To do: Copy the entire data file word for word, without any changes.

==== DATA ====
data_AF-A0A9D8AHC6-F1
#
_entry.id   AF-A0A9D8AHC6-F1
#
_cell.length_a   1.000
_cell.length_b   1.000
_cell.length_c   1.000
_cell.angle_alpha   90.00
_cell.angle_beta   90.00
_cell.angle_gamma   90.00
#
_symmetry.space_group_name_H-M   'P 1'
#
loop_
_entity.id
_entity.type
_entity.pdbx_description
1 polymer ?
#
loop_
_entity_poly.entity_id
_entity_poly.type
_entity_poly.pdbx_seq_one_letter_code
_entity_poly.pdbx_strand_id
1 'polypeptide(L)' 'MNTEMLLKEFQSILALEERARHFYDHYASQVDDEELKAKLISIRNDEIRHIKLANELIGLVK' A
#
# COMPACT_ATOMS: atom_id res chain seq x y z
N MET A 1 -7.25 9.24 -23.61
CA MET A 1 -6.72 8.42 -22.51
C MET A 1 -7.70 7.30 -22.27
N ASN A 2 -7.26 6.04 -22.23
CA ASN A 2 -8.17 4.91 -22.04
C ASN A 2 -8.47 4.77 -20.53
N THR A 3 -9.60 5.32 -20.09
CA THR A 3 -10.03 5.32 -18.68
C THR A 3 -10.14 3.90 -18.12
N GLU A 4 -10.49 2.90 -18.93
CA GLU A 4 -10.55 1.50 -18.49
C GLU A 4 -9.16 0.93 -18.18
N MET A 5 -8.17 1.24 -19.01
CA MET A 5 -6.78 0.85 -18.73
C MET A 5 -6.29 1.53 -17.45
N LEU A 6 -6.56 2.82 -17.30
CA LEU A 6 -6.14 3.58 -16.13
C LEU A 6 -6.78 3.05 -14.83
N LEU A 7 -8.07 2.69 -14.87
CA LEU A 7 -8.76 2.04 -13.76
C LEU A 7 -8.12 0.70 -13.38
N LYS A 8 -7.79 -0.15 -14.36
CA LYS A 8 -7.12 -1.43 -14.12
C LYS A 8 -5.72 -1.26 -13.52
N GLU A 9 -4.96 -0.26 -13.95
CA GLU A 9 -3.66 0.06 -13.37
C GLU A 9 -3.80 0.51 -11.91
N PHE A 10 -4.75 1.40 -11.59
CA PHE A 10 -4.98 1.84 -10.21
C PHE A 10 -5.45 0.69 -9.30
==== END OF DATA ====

data_AF-A0A9D8AHC6-F1
#
_entry.id   AF-A0A9D8AHC6-F1
#
_cell.length_a   1.000
_cell.length_b   1.000
_cell.length_c   1.000
_cell.angle_alpha   90.00
_cell.angle_beta   90.00
_cell.angle_gamma   90.00
#
_symmetry.space_group_name_H-M   'P 1'
#
loop_
_entity.id
_entity.type
_entity.pdbx_description
1 polymer ?
#
loop_
_entity_poly.entity_id
_entity_poly.type
_entity_poly.pdbx_seq_one_letter_code
_entity_poly.pdbx_strand_id
1 'polypeptide(L)' 'MNTEMLLKEFQSILALEERARHFYDHYASQVDDEELKAKLISIRNDEIRHIKLANELIGLVK' A
#
# COMPACT_ATOMS: atom_id res chain seq x y z
N MET A 1 -7.25 9.24 -23.61
CA MET A 1 -6.72 8.42 -22.51
C MET A 1 -7.70 7.30 -22.27
N ASN A 2 -7.26 6.04 -22.23
CA ASN A 2 -8.17 4.91 -22.04
C ASN A 2 -8.47 4.77 -20.53
N THR A 3 -9.60 5.32 -20.09
CA THR A 3 -10.03 5.32 -18.68
C THR A 3 -10.14 3.90 -18.12
N GLU A 4 -10.49 2.90 -18.93
CA GLU A 4 -10.55 1.50 -18.49
C GLU A 4 -9.16 0.93 -18.18
N MET A 5 -8.17 1.24 -19.01
CA MET A 5 -6.78 0.85 -18.73
C MET A 5 -6.29 1.53 -17.45
N LEU A 6 -6.56 2.82 -17.30
CA LEU A 6 -6.14 3.58 -16.13
C LEU A 6 -6.78 3.05 -14.83
N LEU A 7 -8.07 2.69 -14.87
CA LEU A 7 -8.76 2.04 -13.76
C LEU A 7 -8.12 0.70 -13.38
N LYS A 8 -7.79 -0.15 -14.36
CA LYS A 8 -7.12 -1.43 -14.12
C LYS A 8 -5.72 -1.26 -13.52
N GLU A 9 -4.96 -0.26 -13.95
CA GLU A 9 -3.66 0.06 -13.37
C GLU A 9 -3.80 0.51 -11.91
N PHE A 10 -4.75 1.40 -11.59
CA PHE A 10 -4.98 1.84 -10.21
C PHE A 10 -5.45 0.69 -9.30